ONDU BEKU... ERADU SAAKU. ONE IS NEEDED... TWO ARE ENOUGH













“If your time to you
Is worth savin'
Then you better start swimmin'
Or you'll sink like a stone
For the times they are a-changin'.”
(From the song ‘The Times They Are A – Changing’
by Bob Dylan)


There is a small temple in the housing colony where I live. The same Pujari (priest) has been taking care of it for many years. Two years ago, his young son was employed by the security agency as one of our security guards. The young man was fair and had a good physique… He told us that he was trying join as a jawan in the Indian Army. So, after serving as a security guard in our complex for some months, one day, he quit his job.

A couple of days ago, when I met the Pujari, I enquired about his son. “Has he joined the Army?” I asked.

“Not yet, sirji,” the Pujari told, “He is still trying.”

“Is he your only child?” I asked.

“I got six, sirji,” the Pujari told proudly, “three girls, three boys!”

“Baapre!”

I think, this Pujari, who hails from one of the remote villages in UP, is in his mid fifties, which means, he belongs to my generation (Well, I am 59). Our generation has settled for mostly two… Guys like me are content with one… Some have gone for three. But, four, five, six are really uncommon for my generation…

Yes, I am not talking about America. And, I really did not know about the villages in our own country… I am ignorant, I admit.

In India, the generation next to mine -  which is frantically and eternally trying to ‘settle down’ professionally, and, which has no qualms about live-in relationships, adoption and Test-tube babies… and, which has to spend crores on making a decent house, and lakhs and lakhs (even crores) to give the so-called education - yes, this generation (from the cities in particular) is perfectly fine without the extra baggage called ‘children’!

So, our Pujari’s six will surely make them dizzy, if not crazy!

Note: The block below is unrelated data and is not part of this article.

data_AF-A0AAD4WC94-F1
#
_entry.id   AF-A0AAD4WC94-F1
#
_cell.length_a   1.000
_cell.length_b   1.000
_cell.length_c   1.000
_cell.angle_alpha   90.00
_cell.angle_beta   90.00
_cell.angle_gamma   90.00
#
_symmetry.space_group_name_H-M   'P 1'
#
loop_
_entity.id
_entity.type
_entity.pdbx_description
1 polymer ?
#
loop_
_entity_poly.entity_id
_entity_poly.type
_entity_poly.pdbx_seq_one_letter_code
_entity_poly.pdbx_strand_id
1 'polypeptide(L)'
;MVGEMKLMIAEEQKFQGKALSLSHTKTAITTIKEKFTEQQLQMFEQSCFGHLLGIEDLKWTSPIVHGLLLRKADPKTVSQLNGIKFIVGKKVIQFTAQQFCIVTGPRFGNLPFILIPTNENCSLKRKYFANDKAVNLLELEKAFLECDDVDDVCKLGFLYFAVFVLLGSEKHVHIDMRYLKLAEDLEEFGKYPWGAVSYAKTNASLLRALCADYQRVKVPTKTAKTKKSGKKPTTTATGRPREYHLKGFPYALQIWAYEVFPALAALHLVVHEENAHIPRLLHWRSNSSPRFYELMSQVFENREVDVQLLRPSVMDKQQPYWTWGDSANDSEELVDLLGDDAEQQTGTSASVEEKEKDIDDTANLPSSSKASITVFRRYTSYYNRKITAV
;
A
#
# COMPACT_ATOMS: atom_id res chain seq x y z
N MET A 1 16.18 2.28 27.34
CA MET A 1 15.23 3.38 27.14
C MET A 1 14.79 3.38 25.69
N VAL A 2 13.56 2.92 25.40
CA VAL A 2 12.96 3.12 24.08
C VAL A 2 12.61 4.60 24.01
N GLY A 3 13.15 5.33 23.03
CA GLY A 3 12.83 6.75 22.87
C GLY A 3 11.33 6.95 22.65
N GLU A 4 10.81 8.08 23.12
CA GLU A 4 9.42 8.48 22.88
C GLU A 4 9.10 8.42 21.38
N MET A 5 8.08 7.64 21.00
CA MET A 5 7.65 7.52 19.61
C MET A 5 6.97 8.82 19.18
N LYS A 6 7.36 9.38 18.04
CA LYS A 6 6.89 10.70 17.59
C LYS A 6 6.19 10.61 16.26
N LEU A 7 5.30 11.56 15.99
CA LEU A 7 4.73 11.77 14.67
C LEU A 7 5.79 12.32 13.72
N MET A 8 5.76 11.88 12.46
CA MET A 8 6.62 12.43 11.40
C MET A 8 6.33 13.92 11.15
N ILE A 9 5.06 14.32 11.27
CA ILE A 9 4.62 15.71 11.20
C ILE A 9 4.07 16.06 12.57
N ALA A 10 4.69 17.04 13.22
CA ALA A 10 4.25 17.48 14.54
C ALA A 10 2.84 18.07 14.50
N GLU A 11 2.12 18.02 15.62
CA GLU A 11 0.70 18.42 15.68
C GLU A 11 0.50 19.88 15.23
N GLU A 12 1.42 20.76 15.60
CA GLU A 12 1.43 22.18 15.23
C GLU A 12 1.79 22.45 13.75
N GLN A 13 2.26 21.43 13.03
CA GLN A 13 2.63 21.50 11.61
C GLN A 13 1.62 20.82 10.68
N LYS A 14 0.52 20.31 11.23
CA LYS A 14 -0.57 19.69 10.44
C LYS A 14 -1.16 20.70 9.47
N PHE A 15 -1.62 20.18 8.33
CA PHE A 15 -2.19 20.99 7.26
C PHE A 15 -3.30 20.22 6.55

“The times… They are a-changing!” True.

Having ten, eleven or twelve children was common during my grandparents’ time. They were utterly poor… There were no hospitals or nursing homes for conducting deliveries… Miscarriages were common… Little babies dying when just born, too, was common. In a Catholic household like ours, out of the 8, 9 or 10, who survived, at least one, two or three would be sent to become priests in seminaries or nuns in convents.

When it came to my father’s generation, having four-five children became an accepted norm. Most of my classmates and playmates had four-five siblings. My dad was blessed with five boys… Well, none of us were sent to seminaries (being unfit!)

When our turn came, three of my brothers settled for two each… One of my brothers and I settled for only one…

My dad was a die-hard Indira Gandhi Bhakt. But, by the time her Government’s compulsory sterilization came, my dad had already produced his five Padavas! So, it was left for his sons to take Mrs. Gandhi’s slogan very seriously (Before getting compulsorily sterilized!): ‘Ondu beku… Eradu saaku’. 

Translated from the Kannada, this colorful slogan meant: ‘One is needed… Two are enough’!

I wonder about the new slogan for my son’s generation!

Well, “The times… They are a-changing”, you see!

This morning, in our PD sessions, I had asked the teenagers to talk on the topic ‘Growing up as a single child or growing up with siblings – my preference.”

Most of them had siblings… They spoke about the laughter and tears involved with growing ups fighting, sharing, tearing, complaining, envying, loving, sulking and making it up… Even the ones who did not have siblings, invariably, spoke in favour of growing up with siblings… 

A young boy, who was terribly shy and scared, confessed about his loneliness at home… “I played alone with my toys,” he shared, “Maybe that’s the reason why I don’t mix up with others easily, today.” 

Another 17-year-old girl, who has a two-and-a-half year old younger brother, shared her own joy and frustrations growing up with a brother who is ‘still a baby when I am in college!” “You have to take care of him,” my parents often tell me and I become angry with them. For this Diwali, my parents bought a new top for me, and he spoiled it even before I could wear it once… When I screamed at him, I got punished by my mother… ‘He is so small’... I got wild and asked my mom, “Why did you wait for fifteen years to give a small brother for me?”

Yes, this young girl swears that she would never ever exchange her situation with that of her counter parts who has no siblings… “I love my l’le brother… and, I love sharing the space with him.”

Many of us tend to say, “Today’s generation has become selfish… self-centered… etc...”  I think that’s unfair to say so. For, we need to come reborn in their generation as their piers to understand what it is like…

The young boy who shared about his loneliness and the young girl, who shared about her frustrations, this morning, have inspired me to write about this subject…


“The times… They are a-changing”…  That’s all I can say.





GERALD D’CUNHA

Pic.: Lighthouse Autism Center/Internet
Video: YouTube



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